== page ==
Prof. Kenneth Gouwens (UConn History) writing about his research trip to the Folger Shakespeare Library
It’s always a rich opportunity to visit the Folger. At the peak of the August heat wave, I spent the two days in air-conditioned comfort working through rare books that I’d identified on an earlier trip as meriting more attention. Seated in the beautiful older wing, I first returned to Hieronymus Fabricius ab Aquapendente, one of the foremost anatomists in the initial generations after Vesalius’s On the Fabric of the Human Body (1543). As part of a larger project on the simian/human boundary in the Renaissance, I’ve analyzed just how Vesalius criticized the ancient physician Galen for dissecting barbary apes in lieu of human cadavers. Following the lead of Aristotle, Fabricius devoted attention not just to the human but to a variety of animals to assess how they propel themselves, to what extent they are capable of vocalizing, etc. My interest had been piqued by his pointing out how both Galen and Vesalius had erred, the latter, for example, in describing the musculature of the feet: clearly Fabricius was not one to shy away from going toe-to-toe with the greats. It turns out, though, that he invokes simians little if at all in his corrections of Vesalius. In short, my hunch didn’t pan out, but I was able to find that out efficiently and now know better how Fabricius fits into the story I’m telling.
More productive was directly comparing two books on prodigies: one by the Alsatian humanist Conrad Lycosthenes and the other by the English cleric Stephan Batman. Only when going through my notes and photos (for study purposes) of images had I noticed how closely Batman’s English resembled the Latin of Lycosthenes’s text (I’d looked at them months apart, two years ago). Sure enough,
Batman’s The Doome warning all men to Iudgemente (1581), which he had “gathered out of sundrie approved authors,” turns out to be mostly a close translation of Lycosthenes’ Prodigiorum ac ostentorum chronicon (1557). Examining the books side by side enabled me to see just how closely the illustrations in Batman’s book also mimicked those of its antecedent. For example, there’s a strong family resemblance between their portrayals of a baboon (pauyon), a hairy animal of India that enjoys fruit and lusts after human females. In both cases we are told about a specimen of this beast on display in Germany in 1551.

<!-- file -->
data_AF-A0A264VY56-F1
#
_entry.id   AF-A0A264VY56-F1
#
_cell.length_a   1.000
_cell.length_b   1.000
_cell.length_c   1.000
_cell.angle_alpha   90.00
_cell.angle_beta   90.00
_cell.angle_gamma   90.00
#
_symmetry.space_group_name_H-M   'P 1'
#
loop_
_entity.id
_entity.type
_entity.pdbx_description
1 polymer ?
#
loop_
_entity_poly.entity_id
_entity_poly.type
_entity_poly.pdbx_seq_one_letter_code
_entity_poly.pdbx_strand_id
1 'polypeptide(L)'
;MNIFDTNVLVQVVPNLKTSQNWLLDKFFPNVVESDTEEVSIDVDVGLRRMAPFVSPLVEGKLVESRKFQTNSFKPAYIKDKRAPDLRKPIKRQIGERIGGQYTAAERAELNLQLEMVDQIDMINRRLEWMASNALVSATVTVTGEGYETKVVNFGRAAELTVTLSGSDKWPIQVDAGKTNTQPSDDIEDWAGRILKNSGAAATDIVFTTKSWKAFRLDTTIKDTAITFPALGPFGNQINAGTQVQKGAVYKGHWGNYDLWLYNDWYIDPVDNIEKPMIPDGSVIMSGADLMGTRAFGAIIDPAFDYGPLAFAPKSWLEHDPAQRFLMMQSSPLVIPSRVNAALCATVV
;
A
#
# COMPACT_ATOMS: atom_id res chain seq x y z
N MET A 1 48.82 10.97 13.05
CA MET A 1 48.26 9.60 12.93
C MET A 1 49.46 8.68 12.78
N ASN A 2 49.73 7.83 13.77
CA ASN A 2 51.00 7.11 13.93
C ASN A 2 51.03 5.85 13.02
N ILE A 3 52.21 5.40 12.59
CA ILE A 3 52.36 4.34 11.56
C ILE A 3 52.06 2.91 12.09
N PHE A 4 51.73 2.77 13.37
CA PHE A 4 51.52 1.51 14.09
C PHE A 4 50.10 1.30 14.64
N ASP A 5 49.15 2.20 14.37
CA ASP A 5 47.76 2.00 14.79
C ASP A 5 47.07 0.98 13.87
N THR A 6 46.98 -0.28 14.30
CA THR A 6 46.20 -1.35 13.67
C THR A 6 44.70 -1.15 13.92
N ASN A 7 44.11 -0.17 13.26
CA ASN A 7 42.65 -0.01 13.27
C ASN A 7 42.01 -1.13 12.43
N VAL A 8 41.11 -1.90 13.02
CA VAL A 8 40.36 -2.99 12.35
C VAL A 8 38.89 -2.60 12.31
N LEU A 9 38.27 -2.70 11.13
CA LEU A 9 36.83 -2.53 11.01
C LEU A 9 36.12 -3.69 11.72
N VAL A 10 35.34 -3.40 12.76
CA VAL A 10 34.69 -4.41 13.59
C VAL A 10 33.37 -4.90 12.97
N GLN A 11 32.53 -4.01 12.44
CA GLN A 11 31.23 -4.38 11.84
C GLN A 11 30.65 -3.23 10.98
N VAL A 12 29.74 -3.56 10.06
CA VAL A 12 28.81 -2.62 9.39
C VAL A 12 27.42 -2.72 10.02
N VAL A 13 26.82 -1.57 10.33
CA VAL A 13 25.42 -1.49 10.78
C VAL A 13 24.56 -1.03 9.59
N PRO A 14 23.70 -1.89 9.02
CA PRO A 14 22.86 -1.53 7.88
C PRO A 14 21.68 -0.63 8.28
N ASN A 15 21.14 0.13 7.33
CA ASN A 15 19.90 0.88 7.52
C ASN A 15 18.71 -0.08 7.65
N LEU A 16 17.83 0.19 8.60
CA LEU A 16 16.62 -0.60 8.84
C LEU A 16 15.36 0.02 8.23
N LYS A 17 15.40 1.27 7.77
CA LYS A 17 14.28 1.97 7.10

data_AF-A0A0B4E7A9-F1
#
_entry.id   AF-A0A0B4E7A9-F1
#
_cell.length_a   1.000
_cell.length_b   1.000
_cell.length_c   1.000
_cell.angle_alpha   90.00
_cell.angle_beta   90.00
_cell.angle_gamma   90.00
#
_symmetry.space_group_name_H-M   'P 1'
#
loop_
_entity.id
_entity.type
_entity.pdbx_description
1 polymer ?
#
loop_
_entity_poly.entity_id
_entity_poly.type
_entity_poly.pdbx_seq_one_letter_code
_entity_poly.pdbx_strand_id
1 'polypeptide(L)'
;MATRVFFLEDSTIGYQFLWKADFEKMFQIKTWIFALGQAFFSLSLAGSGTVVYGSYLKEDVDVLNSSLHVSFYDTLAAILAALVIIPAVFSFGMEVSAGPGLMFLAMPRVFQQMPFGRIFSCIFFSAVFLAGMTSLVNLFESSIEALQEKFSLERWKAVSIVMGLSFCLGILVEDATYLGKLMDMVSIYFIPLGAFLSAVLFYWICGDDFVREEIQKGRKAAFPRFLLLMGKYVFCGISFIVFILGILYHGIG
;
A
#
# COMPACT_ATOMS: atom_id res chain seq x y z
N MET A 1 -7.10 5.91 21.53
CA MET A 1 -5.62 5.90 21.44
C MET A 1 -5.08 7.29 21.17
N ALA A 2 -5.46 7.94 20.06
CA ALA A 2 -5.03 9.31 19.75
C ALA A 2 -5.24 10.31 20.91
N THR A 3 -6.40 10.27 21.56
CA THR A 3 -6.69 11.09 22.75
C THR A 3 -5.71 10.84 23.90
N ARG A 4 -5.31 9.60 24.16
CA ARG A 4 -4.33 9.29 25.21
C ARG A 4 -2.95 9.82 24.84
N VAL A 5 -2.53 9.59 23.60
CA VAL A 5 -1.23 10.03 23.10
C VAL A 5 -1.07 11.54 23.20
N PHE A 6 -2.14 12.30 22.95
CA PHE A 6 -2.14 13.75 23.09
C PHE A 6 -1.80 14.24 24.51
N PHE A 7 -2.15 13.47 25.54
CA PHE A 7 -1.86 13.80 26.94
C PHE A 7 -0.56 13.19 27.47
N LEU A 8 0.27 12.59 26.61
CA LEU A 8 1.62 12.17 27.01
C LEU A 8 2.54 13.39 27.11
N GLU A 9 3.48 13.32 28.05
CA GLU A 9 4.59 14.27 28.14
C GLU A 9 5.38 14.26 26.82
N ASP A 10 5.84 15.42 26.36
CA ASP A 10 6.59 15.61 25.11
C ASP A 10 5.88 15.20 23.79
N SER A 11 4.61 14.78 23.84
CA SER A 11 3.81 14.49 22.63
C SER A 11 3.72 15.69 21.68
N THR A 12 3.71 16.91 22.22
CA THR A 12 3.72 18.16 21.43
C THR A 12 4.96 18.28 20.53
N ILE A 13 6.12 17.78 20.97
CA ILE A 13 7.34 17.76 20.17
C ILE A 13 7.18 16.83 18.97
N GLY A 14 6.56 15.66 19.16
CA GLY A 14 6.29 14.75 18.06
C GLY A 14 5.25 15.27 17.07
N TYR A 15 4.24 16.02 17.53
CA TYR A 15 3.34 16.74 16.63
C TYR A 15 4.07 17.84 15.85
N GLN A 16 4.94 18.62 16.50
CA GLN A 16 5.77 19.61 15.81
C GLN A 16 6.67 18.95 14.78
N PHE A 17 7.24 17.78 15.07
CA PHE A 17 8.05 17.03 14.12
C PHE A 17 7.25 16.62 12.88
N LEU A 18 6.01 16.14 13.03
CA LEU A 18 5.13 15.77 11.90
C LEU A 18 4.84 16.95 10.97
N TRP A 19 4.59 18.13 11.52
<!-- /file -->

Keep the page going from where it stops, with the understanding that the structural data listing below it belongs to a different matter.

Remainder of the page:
Batman’s image of the tailed ape (cercopithecus), by contras t, is modeled more loosely upon that in Lycosthenes — which in turn is obviously based on the highly influential image in Breydenbach’s 1486 Latin book on a pilgrimage to the Holy Land. So, in a brief time at the Folger, I was able to see the distinctions and similarities, both literary and artistic, in how knowledge was being transmitted among these authors.
Rare books were of course central to the trip, but I’d be remiss not to mention afternoon tea in the Folger’s basement. Rather like the coffee bar at the Vatican Library, it provides a locus for shop-talk with others working in the collection. I highly recommend to all researchers that they carve out time for the tea. In fact, that’s where I got some key tips on questions to ask about my favorite image in the Folger, an engraving of a monkey wearing a ruff. But that’s a subject for another time. Warm thanks to UConn’s Folger Committee for making this trip possible!